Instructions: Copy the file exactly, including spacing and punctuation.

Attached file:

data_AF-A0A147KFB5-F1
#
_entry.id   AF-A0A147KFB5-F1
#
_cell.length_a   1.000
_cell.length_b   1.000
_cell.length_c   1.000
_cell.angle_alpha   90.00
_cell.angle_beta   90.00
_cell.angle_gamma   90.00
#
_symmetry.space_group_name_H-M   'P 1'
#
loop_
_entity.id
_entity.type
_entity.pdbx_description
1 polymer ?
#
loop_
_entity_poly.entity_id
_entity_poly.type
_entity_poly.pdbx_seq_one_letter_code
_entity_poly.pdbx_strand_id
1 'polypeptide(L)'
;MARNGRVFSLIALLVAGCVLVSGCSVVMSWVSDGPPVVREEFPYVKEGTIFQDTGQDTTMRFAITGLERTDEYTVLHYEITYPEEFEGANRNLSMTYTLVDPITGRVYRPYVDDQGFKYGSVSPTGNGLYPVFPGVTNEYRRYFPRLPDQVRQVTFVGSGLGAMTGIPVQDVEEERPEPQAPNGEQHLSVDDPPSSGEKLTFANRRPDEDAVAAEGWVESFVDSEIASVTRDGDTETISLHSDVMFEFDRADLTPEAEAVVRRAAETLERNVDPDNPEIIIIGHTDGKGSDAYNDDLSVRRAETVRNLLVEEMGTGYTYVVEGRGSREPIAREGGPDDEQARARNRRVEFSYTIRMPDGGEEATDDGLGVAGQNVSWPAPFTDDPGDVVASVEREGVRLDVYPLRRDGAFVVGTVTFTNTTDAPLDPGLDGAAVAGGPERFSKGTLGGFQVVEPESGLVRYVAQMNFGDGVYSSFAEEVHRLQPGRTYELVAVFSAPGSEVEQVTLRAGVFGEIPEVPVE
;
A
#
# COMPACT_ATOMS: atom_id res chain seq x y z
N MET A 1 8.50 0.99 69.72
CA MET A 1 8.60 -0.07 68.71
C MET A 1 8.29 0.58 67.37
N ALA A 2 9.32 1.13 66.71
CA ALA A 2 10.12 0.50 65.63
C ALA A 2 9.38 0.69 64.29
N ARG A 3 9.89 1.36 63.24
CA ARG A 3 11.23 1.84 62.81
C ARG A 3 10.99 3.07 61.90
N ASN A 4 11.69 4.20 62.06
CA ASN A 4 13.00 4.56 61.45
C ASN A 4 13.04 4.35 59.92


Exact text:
data_AF-A0A147KFB5-F1
#
_entry.id   AF-A0A147KFB5-F1
#
_cell.length_a   1.000
_cell.length_b   1.000
_cell.length_c   1.000
_cell.angle_alpha   90.00
_cell.angle_beta   90.00
_cell.angle_gamma   90.00
#
_symmetry.space_group_name_H-M   'P 1'
#
loop_
_entity.id
_entity.type
_entity.pdbx_description
1 polymer ?
#
loop_
_entity_poly.entity_id
_entity_poly.type
_entity_poly.pdbx_seq_one_letter_code
_entity_poly.pdbx_strand_id
1 'polypeptide(L)'
;MARNGRVFSLIALLVAGCVLVSGCSVVMSWVSDGPPVVREEFPYVKEGTIFQDTGQDTTMRFAITGLERTDEYTVLHYEITYPEEFEGANRNLSMTYTLVDPITGRVYRPYVDDQGFKYGSVSPTGNGLYPVFPGVTNEYRRYFPRLPDQVRQVTFVGSGLGAMTGIPVQDVEEERPEPQAPNGEQHLSVDDPPSSGEKLTFANRRPDEDAVAAEGWVESFVDSEIASVTRDGDTETISLHSDVMFEFDRADLTPEAEAVVRRAAETLERNVDPDNPEIIIIGHTDGKGSDAYNDDLSVRRAETVRNLLVEEMGTGYTYVVEGRGSREPIAREGGPDDEQARARNRRVEFSYTIRMPDGGEEATDDGLGVAGQNVSWPAPFTDDPGDVVASVEREGVRLDVYPLRRDGAFVVGTVTFTNTTDAPLDPGLDGAAVAGGPERFSKGTLGGFQVVEPESGLVRYVAQMNFGDGVYSSFAEEVHRLQPGRTYELVAVFSAPGSEVEQVTLRAGVFGEIPEVPVE
;
A
#
# COMPACT_ATOMS: atom_id res chain seq x y z
N MET A 1 8.50 0.99 69.72
CA MET A 1 8.60 -0.07 68.71
C MET A 1 8.29 0.58 67.37
N ALA A 2 9.32 1.13 66.71
CA ALA A 2 10.12 0.50 65.63
C ALA A 2 9.38 0.69 64.29
N ARG A 3 9.89 1.36 63.24
CA ARG A 3 11.23 1.84 62.81
C ARG A 3 10.99 3.07 61.90
N ASN A 4 11.69 4.20 62.06
CA ASN A 4 13.00 4.56 61.45
C ASN A 4 13.04 4.35 59.92